She outlined the infectiousness of the delta strain, saying, "the transmission rate with the delta variant is, if one person has the delta variant, they can transmit it to five to eight people."
DHSS officials have begun working with the Federal Emergency Management Agency and the General Services Administration to utilize staffing contracts to bring more professionals to Alaska, drawing from pools of retired, licensed health care workers or those willing to travel for their work.
Hedburg said that Oregon also used the same resources and saw "success," and that she hoped the contracts provided relief for Alaska's hospitals, "but we don't know."
Hospitals in the Lower 48 also are experiencing staff shortages and constraints. Many patients from Southeast Alaska are referred to hospitals in Washington, a state also seeing its own capacity limitations, according to Hedburg.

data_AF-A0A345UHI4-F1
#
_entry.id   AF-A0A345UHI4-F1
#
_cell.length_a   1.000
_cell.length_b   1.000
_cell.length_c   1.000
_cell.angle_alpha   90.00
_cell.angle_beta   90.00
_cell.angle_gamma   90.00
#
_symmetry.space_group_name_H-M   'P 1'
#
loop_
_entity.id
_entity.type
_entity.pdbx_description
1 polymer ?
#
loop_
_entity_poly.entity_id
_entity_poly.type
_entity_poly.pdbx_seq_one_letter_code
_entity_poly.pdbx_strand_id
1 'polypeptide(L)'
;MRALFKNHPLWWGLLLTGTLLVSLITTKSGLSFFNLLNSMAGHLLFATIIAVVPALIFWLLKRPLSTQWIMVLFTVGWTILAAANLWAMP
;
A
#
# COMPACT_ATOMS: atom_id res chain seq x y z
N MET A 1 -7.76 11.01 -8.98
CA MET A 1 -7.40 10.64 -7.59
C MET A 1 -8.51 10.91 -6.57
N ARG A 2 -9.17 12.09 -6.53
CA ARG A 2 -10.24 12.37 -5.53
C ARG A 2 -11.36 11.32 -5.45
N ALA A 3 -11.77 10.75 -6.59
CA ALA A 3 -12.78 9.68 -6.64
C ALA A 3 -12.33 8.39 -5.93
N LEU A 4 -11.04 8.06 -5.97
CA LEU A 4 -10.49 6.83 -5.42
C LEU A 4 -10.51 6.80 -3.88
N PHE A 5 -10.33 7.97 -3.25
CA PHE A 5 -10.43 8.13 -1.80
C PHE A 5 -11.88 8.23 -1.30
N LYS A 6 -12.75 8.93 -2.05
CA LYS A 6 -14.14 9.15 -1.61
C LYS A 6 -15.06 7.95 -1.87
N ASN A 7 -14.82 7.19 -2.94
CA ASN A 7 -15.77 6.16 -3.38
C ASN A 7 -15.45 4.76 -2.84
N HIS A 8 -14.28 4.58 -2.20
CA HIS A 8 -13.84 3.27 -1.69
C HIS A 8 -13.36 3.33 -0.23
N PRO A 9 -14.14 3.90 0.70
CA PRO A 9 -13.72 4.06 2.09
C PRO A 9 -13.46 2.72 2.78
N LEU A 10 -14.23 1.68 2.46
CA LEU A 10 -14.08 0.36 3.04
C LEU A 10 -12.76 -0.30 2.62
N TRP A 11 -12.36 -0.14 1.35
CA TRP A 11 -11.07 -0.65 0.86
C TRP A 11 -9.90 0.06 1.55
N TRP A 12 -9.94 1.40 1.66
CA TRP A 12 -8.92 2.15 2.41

DHSS also is moving toward ordering bulk supplies to distribute to hospitals around the state, while holding frequent meetings with hospitals about the needs being seen within the facilities.
A press release issued from Dunleavy's office prior to the briefing stated that "The state can bulk purchase and share the resources with the hospitals as well as support movement of supplies and medications around the state as needed."
DHSS and the Alaska Department of Law also continue to work to expedite the process of completing background checks for health care workers coming into the state, Hedburg explained.
The expediting of background checks could be made possible through a particular waiver that allows "flexibilities" of the Emergency Medical Treatment and Labor Act, the DHSS release noted.